Helping Generation X stay on target for retirement

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Despite being a third of the American workforce, Generation X is oft overshadowed by their older and younger counterparts: baby boomers and millennials.

The statistics show that employers can’t afford to ignore this next wave of retirees.

Every year that an employee delays retirement can cost large companies as much as $3 million, according to Prudential research. That should scare employers, considering only 59% of Generation X workers are confident in their finances, according to MetLife’s annual employee benefits trends study. But there are programs available that can help Gen X stay on track to prepare for their post-work years.

“Generation X is busy juggling family and work responsibilities; they need a retirement program that lets them invest without having to monitor it constantly,” says Colleen Blake, senior vice president of people at GuideSpark, a workforce communication software company.

Employee Benefit News spoke with Blake about best practices for helping Generation X prepare for retirement.

EBN: Millennials get a lot of media attention, but who is Generation X?

Colleen Blake: Most people in Generation X have a car, house and family they’re taking care of — and they’re in a better position to do that because of where they are in their career. For this reason, they generally don’t have high interest debt. Millennials, on the other hand, have to be more conscientious of debt and big purchases they want to make, and even more so for Gen Z. These younger generations are just starting out, they’re not as secure in their career as Gen X.

EBN: What should Generation X be doing to prepare for retirement? What’s the best retirement program for them?

Blake: The 401(k) is a safe bet because that’s with you throughout your career, and many employers offer a match program. Most Gen Xers already have one, so it makes sense to continue the investment. And one of the best things about it is once you’ve made that enrollment you just leave it alone until you need it.

The HSA is also becoming popular, but it requires understanding what your healthcare costs will be. I’m reading more and more that if you have chronic conditions, it might not be the most cost-effective option.

If your employer offers a target date fund, that’s definitely worth looking in to. These funds automatically adjust rate and type of investment based on your desired retirement age goal. The longer you have until retirement, the account tends to invest in stocks. The closer you get to retirement, it reduces stock and invests more in bonds. It’s one of those trends where you can see the results and performance over the course of your investment.

EBN: Why do you think TDFs are especially suited for Gen X?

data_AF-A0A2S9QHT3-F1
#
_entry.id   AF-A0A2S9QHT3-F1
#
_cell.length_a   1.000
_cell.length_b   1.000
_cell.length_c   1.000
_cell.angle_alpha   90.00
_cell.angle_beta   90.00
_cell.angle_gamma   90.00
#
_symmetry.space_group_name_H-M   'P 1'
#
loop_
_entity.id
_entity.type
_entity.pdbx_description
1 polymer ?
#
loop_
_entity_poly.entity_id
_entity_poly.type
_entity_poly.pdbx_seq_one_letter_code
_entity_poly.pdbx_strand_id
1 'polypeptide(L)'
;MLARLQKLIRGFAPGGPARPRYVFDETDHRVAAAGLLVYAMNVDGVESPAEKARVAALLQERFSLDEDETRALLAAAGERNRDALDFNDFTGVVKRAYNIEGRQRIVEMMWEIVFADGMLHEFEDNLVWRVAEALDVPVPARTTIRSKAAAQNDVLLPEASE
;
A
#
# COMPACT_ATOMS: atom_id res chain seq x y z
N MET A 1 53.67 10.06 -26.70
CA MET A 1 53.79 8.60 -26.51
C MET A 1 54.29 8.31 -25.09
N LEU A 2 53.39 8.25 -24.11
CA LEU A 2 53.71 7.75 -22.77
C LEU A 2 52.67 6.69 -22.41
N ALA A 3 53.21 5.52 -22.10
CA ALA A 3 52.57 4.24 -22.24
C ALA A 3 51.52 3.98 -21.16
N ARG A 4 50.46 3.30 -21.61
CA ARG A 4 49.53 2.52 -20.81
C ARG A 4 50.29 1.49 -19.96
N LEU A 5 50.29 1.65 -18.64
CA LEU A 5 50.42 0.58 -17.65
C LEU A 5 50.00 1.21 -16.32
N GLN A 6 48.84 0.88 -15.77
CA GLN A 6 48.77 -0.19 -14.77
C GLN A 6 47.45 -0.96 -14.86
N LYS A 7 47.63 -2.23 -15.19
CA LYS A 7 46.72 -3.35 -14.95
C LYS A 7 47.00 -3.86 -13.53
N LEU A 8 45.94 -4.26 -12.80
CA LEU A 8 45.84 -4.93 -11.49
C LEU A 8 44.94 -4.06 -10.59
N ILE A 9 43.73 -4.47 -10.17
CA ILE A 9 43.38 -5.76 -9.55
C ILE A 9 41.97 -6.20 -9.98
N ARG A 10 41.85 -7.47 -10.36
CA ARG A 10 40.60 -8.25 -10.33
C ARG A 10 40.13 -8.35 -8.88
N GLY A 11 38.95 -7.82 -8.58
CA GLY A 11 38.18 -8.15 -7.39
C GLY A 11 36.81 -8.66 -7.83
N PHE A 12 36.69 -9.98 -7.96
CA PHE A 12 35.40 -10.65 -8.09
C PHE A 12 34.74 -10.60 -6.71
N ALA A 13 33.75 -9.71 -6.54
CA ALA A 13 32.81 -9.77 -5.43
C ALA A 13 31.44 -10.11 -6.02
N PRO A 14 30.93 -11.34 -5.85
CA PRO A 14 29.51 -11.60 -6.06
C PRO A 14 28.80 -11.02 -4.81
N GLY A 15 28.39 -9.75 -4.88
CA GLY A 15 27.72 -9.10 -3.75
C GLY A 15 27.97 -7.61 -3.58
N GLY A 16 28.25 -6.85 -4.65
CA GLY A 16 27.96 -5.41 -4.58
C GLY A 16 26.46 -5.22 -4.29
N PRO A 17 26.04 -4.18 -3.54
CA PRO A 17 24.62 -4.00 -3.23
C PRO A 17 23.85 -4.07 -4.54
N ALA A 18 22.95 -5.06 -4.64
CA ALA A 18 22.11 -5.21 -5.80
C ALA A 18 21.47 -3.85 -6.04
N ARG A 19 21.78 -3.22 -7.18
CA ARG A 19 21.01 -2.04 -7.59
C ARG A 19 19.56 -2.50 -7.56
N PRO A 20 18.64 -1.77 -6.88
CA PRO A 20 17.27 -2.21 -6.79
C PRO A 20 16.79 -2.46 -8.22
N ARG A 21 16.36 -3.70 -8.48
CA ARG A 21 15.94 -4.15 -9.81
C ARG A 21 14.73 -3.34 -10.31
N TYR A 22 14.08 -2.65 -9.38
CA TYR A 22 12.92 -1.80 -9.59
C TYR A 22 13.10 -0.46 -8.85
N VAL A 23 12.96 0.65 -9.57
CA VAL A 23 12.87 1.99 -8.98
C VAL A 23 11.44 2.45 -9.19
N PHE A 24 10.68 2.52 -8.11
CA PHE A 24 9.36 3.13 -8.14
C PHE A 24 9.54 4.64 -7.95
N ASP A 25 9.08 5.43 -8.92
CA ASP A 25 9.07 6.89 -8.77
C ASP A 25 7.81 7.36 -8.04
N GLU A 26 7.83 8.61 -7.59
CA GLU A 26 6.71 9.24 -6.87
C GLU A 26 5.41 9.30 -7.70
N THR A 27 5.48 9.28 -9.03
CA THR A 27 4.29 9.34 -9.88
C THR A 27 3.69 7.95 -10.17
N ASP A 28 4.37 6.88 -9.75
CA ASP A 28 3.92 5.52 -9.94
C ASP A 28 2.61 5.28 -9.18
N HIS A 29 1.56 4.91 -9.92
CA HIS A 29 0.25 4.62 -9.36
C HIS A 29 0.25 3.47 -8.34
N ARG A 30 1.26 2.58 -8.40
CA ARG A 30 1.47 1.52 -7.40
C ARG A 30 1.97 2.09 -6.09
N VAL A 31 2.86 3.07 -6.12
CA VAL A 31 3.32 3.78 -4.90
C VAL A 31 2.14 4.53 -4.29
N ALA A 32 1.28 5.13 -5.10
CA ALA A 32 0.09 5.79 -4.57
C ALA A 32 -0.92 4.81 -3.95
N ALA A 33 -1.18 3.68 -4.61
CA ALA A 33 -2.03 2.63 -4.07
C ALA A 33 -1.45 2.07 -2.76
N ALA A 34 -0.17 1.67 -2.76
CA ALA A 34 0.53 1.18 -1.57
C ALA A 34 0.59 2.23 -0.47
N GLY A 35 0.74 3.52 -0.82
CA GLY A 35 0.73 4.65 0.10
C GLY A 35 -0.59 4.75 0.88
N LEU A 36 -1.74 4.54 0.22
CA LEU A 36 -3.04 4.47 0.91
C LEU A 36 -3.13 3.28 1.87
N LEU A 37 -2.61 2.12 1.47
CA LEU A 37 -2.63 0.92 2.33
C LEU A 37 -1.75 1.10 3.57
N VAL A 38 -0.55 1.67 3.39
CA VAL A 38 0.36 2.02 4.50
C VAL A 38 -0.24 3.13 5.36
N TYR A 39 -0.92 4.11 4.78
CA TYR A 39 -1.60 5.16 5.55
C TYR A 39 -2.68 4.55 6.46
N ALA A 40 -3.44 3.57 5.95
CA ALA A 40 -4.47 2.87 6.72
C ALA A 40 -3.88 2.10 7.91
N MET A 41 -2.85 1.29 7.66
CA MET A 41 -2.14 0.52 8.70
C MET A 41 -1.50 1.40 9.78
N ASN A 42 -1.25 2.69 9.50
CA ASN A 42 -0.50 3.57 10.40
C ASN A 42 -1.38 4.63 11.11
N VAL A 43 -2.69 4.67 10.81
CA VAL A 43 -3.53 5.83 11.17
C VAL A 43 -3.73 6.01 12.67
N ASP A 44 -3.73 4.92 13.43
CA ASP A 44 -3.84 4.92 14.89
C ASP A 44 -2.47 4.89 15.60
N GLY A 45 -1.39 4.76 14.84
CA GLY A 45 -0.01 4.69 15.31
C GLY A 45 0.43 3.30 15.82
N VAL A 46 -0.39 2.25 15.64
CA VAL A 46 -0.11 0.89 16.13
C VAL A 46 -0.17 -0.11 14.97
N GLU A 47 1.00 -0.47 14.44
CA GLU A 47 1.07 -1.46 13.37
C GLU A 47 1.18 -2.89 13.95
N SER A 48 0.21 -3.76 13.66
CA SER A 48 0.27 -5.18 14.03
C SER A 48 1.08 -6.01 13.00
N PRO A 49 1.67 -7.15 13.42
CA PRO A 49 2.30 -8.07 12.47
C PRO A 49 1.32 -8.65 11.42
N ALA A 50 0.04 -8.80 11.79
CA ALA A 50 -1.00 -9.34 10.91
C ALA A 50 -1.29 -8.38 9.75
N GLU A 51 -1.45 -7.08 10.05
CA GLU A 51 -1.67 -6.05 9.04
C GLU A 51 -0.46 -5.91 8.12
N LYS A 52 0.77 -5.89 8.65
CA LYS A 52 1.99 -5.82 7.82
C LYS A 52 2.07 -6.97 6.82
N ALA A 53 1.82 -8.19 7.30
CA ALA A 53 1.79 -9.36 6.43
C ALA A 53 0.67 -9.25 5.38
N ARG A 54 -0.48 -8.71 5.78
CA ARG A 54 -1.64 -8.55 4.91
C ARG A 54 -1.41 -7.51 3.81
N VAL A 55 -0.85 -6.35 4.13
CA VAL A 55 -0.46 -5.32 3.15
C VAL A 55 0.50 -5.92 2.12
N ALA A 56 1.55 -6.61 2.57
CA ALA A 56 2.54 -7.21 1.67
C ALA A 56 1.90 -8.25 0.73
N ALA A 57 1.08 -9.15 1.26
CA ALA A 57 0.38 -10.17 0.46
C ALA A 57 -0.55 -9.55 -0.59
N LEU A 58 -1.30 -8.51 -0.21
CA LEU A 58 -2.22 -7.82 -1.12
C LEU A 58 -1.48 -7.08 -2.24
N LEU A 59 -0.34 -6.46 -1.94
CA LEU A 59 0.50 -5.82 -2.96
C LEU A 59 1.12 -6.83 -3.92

Blake: This is me as a consumer sharing that bit; I’m a Gen Xer who uses a target date fund. For someone like me, I like to put it away, walk away, and on an annual basis we can decide if we need to change anything or if it’s the right investment. Target date funds choose for you, and you watch how it grows; this is where the autopilot thing is nice. It allocates based on a formula and it will make those types of investments based on that formula. Risk tolerance is either increased or more conservative based on whether you want to retire sooner.

EBN: What should employers be doing to help this generation prepare for retirement?

Blake: Financial literacy [is] something every generation can benefit from. I think employers should provide that education through the employee lifecycle, what I call the three O’s: onboarding, off going and off boarding.

Different generations have to make different tradeoffs. For Gen X, it might be either saving for retirement or saving for their child’s college. For millennials, it might be paying off student debt, or buying a car. As HR professionals, it’s our job to provide the framework to help employees think about those tradeoffs.

We need to remind them that saving for retirement is just as important as their physical wellness. We need to teach the workforce the whole concept of power of compounding and the difference between saving at age 25 as opposed to 35. I think it’s also important to help employees set a goal for when to retire, and deciding where to save and what tax advantage accounts your company offers that can help.

EBN: How can employers get that message across?

Blake: It needs to be communicated in simple human terms, and I think it’s got to be consistent messaging. Leveraging mobile devices is a great way to get it across. If your company is already using Slack, or any other platform where employees are collaborating, that’s also a great way to distribute messages. Just make sure it’s relevant, personalized content.

EBN: Are there any other retirement trends employers should consider?

Blake: Auto-escalation tools; they allow you to increase your account contribution every year. It’s another trend I’ve been reading about as well. I think it’s a good tool to help employees in the long run because it increases their savings little by little as they progress in their career. And it works for every generation.

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Retirement planning Retirement benefits Retirement readiness Financial planning Financial wellness Financial literacy Employee engagement Benefit strategies Benefit communication